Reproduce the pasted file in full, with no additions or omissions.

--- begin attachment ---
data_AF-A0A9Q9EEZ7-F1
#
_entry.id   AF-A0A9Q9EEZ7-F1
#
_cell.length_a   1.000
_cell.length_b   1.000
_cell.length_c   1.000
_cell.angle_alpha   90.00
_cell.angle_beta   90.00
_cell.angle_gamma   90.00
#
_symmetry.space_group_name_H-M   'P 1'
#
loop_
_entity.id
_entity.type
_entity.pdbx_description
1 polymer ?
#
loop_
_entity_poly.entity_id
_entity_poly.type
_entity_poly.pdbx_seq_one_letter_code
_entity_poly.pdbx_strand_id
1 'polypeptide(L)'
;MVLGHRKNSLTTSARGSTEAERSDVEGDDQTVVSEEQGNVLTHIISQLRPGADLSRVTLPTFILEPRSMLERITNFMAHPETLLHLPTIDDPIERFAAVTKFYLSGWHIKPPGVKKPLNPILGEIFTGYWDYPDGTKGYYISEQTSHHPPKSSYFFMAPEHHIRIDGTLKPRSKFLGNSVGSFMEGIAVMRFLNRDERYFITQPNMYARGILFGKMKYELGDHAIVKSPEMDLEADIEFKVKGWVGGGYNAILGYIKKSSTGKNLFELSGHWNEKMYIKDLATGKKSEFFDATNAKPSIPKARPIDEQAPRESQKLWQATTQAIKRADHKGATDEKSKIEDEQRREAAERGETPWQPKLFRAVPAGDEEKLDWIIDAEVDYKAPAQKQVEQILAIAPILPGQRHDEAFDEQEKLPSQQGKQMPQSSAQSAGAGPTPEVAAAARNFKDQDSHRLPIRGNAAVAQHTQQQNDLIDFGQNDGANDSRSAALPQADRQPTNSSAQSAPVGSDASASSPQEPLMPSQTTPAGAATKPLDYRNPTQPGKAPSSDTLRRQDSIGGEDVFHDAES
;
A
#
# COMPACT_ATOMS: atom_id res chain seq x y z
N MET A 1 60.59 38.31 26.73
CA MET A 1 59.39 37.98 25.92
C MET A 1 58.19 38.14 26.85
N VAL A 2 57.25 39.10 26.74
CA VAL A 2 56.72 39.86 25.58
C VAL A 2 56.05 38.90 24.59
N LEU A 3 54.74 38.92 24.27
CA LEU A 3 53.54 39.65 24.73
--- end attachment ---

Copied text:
data_AF-A0A9Q9EEZ7-F1
#
_entry.id   AF-A0A9Q9EEZ7-F1
#
_cell.length_a   1.000
_cell.length_b   1.000
_cell.length_c   1.000
_cell.angle_alpha   90.00
_cell.angle_beta   90.00
_cell.angle_gamma   90.00
#
_symmetry.space_group_name_H-M   'P 1'
#
loop_
_entity.id
_entity.type
_entity.pdbx_description
1 polymer ?
#
loop_
_entity_poly.entity_id
_entity_poly.type
_entity_poly.pdbx_seq_one_letter_code
_entity_poly.pdbx_strand_id
1 'polypeptide(L)'
;MVLGHRKNSLTTSARGSTEAERSDVEGDDQTVVSEEQGNVLTHIISQLRPGADLSRVTLPTFILEPRSMLERITNFMAHPETLLHLPTIDDPIERFAAVTKFYLSGWHIKPPGVKKPLNPILGEIFTGYWDYPDGTKGYYISEQTSHHPPKSSYFFMAPEHHIRIDGTLKPRSKFLGNSVGSFMEGIAVMRFLNRDERYFITQPNMYARGILFGKMKYELGDHAIVKSPEMDLEADIEFKVKGWVGGGYNAILGYIKKSSTGKNLFELSGHWNEKMYIKDLATGKKSEFFDATNAKPSIPKARPIDEQAPRESQKLWQATTQAIKRADHKGATDEKSKIEDEQRREAAERGETPWQPKLFRAVPAGDEEKLDWIIDAEVDYKAPAQKQVEQILAIAPILPGQRHDEAFDEQEKLPSQQGKQMPQSSAQSAGAGPTPEVAAAARNFKDQDSHRLPIRGNAAVAQHTQQQNDLIDFGQNDGANDSRSAALPQADRQPTNSSAQSAPVGSDASASSPQEPLMPSQTTPAGAATKPLDYRNPTQPGKAPSSDTLRRQDSIGGEDVFHDAES
;
A
#
# COMPACT_ATOMS: atom_id res chain seq x y z
N MET A 1 60.59 38.31 26.73
CA MET A 1 59.39 37.98 25.92
C MET A 1 58.19 38.14 26.85
N VAL A 2 57.25 39.10 26.74
CA VAL A 2 56.72 39.86 25.58
C VAL A 2 56.05 38.90 24.59
N LEU A 3 54.74 38.92 24.27
CA LEU A 3 53.54 39.65 24.73